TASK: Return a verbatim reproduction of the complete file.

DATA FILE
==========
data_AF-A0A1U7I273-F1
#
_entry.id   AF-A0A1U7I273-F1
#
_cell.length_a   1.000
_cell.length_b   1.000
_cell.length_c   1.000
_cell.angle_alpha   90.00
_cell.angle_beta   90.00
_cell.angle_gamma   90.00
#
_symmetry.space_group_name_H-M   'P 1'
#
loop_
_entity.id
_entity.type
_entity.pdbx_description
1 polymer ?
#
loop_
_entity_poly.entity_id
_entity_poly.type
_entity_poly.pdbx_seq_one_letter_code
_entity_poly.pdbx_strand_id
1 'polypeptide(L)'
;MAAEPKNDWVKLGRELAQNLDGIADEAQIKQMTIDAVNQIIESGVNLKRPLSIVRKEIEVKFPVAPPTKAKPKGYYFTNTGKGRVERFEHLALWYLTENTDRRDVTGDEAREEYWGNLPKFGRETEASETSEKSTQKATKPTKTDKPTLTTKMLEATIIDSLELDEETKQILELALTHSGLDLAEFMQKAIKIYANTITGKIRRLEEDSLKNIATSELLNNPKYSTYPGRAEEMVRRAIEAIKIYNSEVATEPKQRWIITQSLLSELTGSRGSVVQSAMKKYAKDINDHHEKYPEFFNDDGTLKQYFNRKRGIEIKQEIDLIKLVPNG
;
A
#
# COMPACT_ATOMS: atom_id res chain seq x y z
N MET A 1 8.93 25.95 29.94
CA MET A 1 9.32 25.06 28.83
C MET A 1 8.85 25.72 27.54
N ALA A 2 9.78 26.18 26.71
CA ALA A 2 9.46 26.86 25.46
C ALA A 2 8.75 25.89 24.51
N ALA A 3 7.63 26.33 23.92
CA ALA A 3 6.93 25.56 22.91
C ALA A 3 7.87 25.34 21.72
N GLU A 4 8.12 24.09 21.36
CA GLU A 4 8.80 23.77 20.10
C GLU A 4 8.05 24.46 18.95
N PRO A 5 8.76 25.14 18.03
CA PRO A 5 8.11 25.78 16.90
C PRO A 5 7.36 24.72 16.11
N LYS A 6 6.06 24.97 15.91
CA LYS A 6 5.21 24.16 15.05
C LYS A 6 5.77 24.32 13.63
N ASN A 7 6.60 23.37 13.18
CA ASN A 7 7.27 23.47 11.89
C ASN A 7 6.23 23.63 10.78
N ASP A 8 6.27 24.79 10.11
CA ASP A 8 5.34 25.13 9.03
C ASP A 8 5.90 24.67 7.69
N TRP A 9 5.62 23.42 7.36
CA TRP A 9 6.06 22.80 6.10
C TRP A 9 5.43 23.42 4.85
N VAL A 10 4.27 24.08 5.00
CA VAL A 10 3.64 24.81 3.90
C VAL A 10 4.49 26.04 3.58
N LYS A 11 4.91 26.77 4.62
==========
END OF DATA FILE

data_AF-A0A1U7I273-F1
#
_entry.id   AF-A0A1U7I273-F1
#
_cell.length_a   1.000
_cell.length_b   1.000
_cell.length_c   1.000
_cell.angle_alpha   90.00
_cell.angle_beta   90.00
_cell.angle_gamma   90.00
#
_symmetry.space_group_name_H-M   'P 1'
#
loop_
_entity.id
_entity.type
_entity.pdbx_description
1 polymer ?
#
loop_
_entity_poly.entity_id
_entity_poly.type
_entity_poly.pdbx_seq_one_letter_code
_entity_poly.pdbx_strand_id
1 'polypeptide(L)'
;MAAEPKNDWVKLGRELAQNLDGIADEAQIKQMTIDAVNQIIESGVNLKRPLSIVRKEIEVKFPVAPPTKAKPKGYYFTNTGKGRVERFEHLALWYLTENTDRRDVTGDEAREEYWGNLPKFGRETEASETSEKSTQKATKPTKTDKPTLTTKMLEATIIDSLELDEETKQILELALTHSGLDLAEFMQKAIKIYANTITGKIRRLEEDSLKNIATSELLNNPKYSTYPGRAEEMVRRAIEAIKIYNSEVATEPKQRWIITQSLLSELTGSRGSVVQSAMKKYAKDINDHHEKYPEFFNDDGTLKQYFNRKRGIEIKQEIDLIKLVPNG
;
A
#
# COMPACT_ATOMS: atom_id res chain seq x y z
N MET A 1 8.93 25.95 29.94
CA MET A 1 9.32 25.06 28.83
C MET A 1 8.85 25.72 27.54
N ALA A 2 9.78 26.18 26.71
CA ALA A 2 9.46 26.86 25.46
C ALA A 2 8.75 25.89 24.51
N ALA A 3 7.63 26.33 23.92
CA ALA A 3 6.93 25.56 22.91
C ALA A 3 7.87 25.34 21.72
N GLU A 4 8.12 24.09 21.36
CA GLU A 4 8.80 23.77 20.10
C GLU A 4 8.05 24.46 18.95
N PRO A 5 8.76 25.14 18.03
CA PRO A 5 8.11 25.78 16.90
C PRO A 5 7.36 24.72 16.11
N LYS A 6 6.06 24.97 15.91
CA LYS A 6 5.21 24.16 15.05
C LYS A 6 5.77 24.32 13.63
N ASN A 7 6.60 23.37 13.18
CA ASN A 7 7.27 23.47 11.89
C ASN A 7 6.23 23.63 10.78
N ASP A 8 6.27 24.79 10.11
CA ASP A 8 5.34 25.13 9.03
C ASP A 8 5.90 24.67 7.69
N TRP A 9 5.62 23.42 7.36
CA TRP A 9 6.06 22.80 6.10
C TRP A 9 5.43 23.42 4.85
N VAL A 10 4.27 24.08 5.00
CA VAL A 10 3.64 24.81 3.90
C VAL A 10 4.49 26.04 3.58
N LYS A 11 4.91 26.77 4.62